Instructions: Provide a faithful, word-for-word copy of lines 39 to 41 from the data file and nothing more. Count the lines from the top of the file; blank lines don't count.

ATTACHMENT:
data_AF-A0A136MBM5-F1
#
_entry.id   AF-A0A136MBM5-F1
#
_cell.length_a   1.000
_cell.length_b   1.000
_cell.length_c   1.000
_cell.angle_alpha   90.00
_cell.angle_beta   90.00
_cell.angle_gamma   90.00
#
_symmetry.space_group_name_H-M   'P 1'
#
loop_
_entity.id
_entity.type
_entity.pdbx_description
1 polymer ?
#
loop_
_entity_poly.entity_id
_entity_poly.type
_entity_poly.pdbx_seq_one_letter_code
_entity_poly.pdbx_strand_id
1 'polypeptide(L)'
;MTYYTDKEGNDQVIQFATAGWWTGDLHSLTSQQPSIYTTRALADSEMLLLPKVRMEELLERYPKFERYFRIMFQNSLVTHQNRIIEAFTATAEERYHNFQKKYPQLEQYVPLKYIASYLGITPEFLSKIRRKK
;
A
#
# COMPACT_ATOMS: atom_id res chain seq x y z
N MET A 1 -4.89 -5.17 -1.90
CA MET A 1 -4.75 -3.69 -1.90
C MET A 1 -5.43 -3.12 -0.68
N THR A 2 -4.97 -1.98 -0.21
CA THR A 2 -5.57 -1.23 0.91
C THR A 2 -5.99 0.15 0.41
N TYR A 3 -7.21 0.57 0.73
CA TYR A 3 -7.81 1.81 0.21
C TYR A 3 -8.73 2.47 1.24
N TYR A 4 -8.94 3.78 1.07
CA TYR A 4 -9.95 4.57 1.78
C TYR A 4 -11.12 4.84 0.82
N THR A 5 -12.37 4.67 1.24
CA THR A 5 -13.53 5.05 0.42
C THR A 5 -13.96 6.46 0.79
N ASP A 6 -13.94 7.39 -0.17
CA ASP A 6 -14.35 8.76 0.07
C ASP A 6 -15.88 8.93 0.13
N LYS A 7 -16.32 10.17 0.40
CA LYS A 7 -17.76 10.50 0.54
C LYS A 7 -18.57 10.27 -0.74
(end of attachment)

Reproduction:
C TYR A 3 -8.73 2.47 1.24
N TYR A 4 -8.94 3.78 1.07
CA TYR A 4 -9.95 4.57 1.78